Kane was spooked by 4th of July fireworks and it could happen to your pet

The Fourth of July is the day the United States gained independence from Great Britain and the date of the adoption of the Declaration of Independence of 1776. It is considered by many as the birthday of the United States.

Most American citizens celebrate this day with parties and fireworks. However, what might be a joyous occasion by most Americans can be a very terrifying one for your pets.

Many pets become panic-stricken by the loud, unfamiliar and unpredictable noises and bright displays of fireworks. Their terror can be so overwhelming that they will do anything to escape the noise. This includes jumping through windows, over fences, and chewing through doors – just to name a few.

Kane – who is on the feature photo – was just one in thousands of dogs who was spooked by last year’s 4th of July fireworks. With the first boom, he bolted. He ran out of the house, escaped from his yard, and ran and ran.

Kane was discovered the day following the 4th of July festivities by a couple at their home. After having let their dogs out in the back to go pottie, they noticed a pretty large creature looking through a small crack in their back gate. They could see it was a large pit bull. The wife knew there wasn’t a pit bull anywhere near where they lived, so she ran out of the other gate to get to him. She and her husband provided him with a doggie bed, food, and water.

It was obvious that the dog – whom the couple temporarily named Bruno – was someone’s pet. He was well-fed and very people-friendly, as if he was accustomed to being around them. He did, however, seem to be very depressed.  The couple immediately posted him on Pet Harbor, which is a wonderful site that the couple has used in the past to reunite lost pets with their families.

Kane on doggie bed, with food and water.


Kane’s “mom” also logged onto Pet Harbor. She found a posting of a dog that looked like their beloved dog. She contacted the couple in the evening of the day it was first posted. After intense questioning, they knew Kane was their dog. Kane’s mom and dad immediately drove to the couple’s home and picked him up. They were worried sick about him, saying, “This has never happened before. He has never run away due to fireworks.”

Dawn Danielson, former Director of the County of San Diego, Department of Animal Services, says that:

[t]he noise generated by fireworks displays and other noisemakers on the Fourth of July can frighten pets and trigger an escape or flight response that can cause serious injury or even death.

For this reason, a Press Release (specific to San Diego) was issued by the San Diego County Department of Animal Services back in 2016, entitled “Keep Pets Out of Harm’s Way this July 4th.” Included in the Release were tips to keep your pets safe during the holiday celebration, including the following:

  • Resist the urge to take your pet to fireworks displays.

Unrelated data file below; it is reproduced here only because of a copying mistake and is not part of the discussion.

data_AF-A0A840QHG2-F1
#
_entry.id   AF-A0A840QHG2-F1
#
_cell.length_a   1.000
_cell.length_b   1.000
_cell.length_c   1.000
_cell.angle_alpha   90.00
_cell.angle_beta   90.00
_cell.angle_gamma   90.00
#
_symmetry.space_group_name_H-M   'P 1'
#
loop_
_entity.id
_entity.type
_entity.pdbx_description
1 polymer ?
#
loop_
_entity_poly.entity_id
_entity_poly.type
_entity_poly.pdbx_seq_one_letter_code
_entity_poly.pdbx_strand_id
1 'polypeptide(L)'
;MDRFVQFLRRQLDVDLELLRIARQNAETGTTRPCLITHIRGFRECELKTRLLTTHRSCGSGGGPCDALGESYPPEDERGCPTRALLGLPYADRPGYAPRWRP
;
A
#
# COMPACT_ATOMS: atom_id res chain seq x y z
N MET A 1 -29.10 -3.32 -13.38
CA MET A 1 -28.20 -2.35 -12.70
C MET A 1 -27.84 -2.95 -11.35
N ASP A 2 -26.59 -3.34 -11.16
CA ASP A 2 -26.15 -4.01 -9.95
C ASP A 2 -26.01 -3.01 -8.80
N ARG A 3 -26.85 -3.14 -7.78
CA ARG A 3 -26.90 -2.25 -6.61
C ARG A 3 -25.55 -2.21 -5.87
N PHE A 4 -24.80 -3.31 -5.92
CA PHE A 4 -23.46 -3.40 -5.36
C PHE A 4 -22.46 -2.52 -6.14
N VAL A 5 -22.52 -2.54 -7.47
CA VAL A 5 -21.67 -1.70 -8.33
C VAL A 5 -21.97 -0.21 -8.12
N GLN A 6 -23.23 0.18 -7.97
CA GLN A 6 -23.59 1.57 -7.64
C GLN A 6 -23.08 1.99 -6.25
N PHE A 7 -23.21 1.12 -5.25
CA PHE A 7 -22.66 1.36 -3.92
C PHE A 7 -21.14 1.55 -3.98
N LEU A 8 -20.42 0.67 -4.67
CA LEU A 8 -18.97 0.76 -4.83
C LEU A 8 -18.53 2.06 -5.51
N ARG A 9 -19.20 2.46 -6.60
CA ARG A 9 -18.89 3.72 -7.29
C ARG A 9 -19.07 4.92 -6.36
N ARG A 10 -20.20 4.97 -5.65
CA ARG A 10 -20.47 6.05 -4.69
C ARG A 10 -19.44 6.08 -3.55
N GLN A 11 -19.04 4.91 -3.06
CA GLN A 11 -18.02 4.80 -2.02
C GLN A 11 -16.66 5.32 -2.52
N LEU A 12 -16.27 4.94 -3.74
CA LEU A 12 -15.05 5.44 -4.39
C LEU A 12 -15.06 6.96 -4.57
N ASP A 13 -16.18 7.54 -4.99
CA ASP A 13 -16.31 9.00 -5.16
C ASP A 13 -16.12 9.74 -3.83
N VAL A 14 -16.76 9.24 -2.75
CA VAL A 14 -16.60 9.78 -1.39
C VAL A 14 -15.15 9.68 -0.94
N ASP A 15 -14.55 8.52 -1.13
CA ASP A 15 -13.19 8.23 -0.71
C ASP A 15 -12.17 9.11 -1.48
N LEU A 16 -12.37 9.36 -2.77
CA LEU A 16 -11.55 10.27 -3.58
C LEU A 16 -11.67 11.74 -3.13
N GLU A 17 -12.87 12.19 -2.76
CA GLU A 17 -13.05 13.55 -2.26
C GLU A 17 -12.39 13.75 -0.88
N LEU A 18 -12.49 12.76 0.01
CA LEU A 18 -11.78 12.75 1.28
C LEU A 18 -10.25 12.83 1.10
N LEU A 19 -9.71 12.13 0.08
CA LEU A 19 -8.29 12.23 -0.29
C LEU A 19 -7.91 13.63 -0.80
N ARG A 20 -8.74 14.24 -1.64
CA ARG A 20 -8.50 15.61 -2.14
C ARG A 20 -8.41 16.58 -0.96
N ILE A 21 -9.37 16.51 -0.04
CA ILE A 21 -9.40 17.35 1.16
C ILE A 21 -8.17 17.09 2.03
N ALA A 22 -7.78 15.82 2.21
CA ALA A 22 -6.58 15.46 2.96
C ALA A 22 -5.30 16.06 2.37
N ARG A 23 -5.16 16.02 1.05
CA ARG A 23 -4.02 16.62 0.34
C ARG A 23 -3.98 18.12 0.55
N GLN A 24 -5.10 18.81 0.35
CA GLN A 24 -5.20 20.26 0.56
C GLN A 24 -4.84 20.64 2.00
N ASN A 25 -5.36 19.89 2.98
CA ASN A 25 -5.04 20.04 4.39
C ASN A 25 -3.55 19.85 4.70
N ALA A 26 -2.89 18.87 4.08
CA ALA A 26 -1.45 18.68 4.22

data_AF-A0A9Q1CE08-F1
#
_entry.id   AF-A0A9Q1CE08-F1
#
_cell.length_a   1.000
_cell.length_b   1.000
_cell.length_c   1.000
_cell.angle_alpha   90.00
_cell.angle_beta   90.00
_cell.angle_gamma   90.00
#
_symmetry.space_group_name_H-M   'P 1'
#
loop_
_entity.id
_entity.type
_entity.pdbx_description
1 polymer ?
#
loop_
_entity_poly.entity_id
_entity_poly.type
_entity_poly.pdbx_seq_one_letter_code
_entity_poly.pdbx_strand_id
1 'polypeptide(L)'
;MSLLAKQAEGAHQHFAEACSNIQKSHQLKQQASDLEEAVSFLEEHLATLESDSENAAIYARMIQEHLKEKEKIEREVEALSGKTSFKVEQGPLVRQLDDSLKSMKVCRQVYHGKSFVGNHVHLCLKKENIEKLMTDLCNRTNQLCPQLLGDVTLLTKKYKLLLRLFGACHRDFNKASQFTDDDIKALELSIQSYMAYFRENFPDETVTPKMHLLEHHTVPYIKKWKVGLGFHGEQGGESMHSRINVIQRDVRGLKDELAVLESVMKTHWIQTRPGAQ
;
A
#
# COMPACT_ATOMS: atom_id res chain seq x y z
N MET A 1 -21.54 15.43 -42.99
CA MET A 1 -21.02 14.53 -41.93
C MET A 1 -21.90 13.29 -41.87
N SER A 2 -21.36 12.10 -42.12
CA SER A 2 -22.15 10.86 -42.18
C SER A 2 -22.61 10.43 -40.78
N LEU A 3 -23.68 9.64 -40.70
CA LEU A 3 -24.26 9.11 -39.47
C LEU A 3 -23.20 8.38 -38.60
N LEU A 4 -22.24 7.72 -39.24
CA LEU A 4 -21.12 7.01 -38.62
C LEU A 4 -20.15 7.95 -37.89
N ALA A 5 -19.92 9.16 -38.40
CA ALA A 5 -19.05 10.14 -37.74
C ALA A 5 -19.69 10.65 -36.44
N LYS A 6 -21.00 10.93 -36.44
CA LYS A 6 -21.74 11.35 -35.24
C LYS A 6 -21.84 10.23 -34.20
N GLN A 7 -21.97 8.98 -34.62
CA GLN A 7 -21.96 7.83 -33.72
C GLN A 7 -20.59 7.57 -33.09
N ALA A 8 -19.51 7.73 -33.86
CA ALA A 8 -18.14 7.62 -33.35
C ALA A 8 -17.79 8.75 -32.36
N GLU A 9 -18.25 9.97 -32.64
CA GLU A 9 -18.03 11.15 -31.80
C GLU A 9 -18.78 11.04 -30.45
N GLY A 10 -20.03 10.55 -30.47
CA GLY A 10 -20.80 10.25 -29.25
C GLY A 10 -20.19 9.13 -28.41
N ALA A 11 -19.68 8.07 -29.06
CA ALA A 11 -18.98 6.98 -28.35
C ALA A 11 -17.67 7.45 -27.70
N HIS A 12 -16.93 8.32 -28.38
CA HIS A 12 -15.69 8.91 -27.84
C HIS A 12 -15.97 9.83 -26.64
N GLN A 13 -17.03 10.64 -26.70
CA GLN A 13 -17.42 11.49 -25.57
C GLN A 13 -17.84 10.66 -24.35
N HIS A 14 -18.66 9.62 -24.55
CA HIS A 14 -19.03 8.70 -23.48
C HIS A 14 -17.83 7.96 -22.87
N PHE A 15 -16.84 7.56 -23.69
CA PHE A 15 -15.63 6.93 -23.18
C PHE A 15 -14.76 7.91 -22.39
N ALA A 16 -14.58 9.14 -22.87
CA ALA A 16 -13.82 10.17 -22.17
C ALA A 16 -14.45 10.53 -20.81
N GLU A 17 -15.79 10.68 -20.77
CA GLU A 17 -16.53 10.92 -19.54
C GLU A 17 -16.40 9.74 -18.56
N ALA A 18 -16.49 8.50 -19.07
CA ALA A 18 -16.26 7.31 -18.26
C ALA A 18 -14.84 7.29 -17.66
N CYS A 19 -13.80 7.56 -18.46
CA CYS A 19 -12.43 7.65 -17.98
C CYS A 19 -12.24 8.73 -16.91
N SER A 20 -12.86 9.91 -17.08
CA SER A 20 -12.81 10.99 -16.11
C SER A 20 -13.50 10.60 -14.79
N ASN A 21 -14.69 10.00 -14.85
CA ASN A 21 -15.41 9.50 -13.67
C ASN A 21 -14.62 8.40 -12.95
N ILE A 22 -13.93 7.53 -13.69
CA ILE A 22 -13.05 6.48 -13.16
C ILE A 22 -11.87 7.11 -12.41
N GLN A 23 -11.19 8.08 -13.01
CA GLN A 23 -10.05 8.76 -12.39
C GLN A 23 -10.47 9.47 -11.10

• Do not leave your pet in the car. With only hot air to breathe inside a car, your pet can suffer serious health effects, even death, in a few minutes.
  • Keep your pets indoors in a sheltered, quiet area. Some dogs may become destructive when frightened, so be sure to remove dangerous objects your pet may chew. Leave a television or radio playing at normal volume to keep your pet company while you’re away.
  • Never leave pets outside unattended, even in a fenced yard. In their fear, pets that normally wouldn’t leave the yard may escape and get lost.
  • If you know your pet is seriously distressed by loud noises like thunder, consult with your veterinarian before July Fourth to see if medication that relieves anxiety is appropriate.
  • Ensure your pets are easily identifiable and call [local shelters] if you have found a lost pet. … Although [many] shelters [are] closed on July Fourth, animal control officers [may] be on duty. Lost pets found with internal microchip identification and/or external ID tags or licenses are more readily reunited with their owners. If you have lost your pet, visit the shelter closest to you….

Danielson stresses that your pet should be microchipped and wearing visible identification in the event he or she should become lost. She also notes that a scared dog could run for miles to try and escape the noise.

There is a sharp increase in the number of “stray” dogs that enter shelter doors during holidays that are celebrated with fireworks across the nation. This is fact. If you lose or find a pet, visit your local shelter and log on to Pet Harbor’s website.

People with pets are urged to share this information widely to warn others that fireworks can result in losing them, seriously injuring them, or even resulting in their death. Kane is fortunate that he didn’t get run over by a car when he ran from his home. There was very heavy traffic from his “parents'” home to the couple’s home. Additionally, if Kane had chosen the wrong house, there is no telling what could have happened to him. He is a pit bull and they are given a bad rap. The stigma attached to the breed causes people to fear them, even if that fear is irrational. How someone else would have reacted upon seeing a huge pit bull at their back gate is unpredictable.



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